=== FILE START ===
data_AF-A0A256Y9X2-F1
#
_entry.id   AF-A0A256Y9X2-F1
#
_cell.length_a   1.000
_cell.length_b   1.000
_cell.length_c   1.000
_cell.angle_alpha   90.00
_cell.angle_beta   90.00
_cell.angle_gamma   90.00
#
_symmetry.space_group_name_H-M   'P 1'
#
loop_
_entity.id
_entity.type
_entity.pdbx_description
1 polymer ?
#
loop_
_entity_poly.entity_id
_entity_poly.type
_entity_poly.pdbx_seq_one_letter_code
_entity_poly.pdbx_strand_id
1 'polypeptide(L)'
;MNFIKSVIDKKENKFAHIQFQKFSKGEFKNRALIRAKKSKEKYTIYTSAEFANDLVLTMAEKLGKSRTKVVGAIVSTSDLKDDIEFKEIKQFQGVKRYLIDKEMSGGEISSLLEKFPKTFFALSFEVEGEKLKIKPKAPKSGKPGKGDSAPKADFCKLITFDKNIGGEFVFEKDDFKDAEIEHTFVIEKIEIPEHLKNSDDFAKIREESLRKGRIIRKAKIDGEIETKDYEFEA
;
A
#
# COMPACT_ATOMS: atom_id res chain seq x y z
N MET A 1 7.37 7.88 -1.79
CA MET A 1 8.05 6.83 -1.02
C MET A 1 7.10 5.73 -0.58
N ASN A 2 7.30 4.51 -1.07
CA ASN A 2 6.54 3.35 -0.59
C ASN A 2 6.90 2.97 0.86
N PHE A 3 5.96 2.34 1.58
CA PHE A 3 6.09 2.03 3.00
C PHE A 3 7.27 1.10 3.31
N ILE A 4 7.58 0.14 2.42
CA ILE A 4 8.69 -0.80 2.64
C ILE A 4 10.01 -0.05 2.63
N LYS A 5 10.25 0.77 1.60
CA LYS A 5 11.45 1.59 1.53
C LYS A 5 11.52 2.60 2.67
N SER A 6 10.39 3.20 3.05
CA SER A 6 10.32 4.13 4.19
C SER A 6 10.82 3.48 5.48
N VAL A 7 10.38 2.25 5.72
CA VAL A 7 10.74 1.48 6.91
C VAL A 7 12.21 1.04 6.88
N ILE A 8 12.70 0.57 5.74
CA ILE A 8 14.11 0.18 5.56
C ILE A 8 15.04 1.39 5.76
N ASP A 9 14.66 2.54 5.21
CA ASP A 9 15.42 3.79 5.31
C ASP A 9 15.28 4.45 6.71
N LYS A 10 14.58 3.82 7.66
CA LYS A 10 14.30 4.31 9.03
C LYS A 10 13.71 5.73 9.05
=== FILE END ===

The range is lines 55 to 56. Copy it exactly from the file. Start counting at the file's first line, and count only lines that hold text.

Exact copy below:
N ASP A 9 14.66 2.54 5.21
CA ASP A 9 15.42 3.79 5.31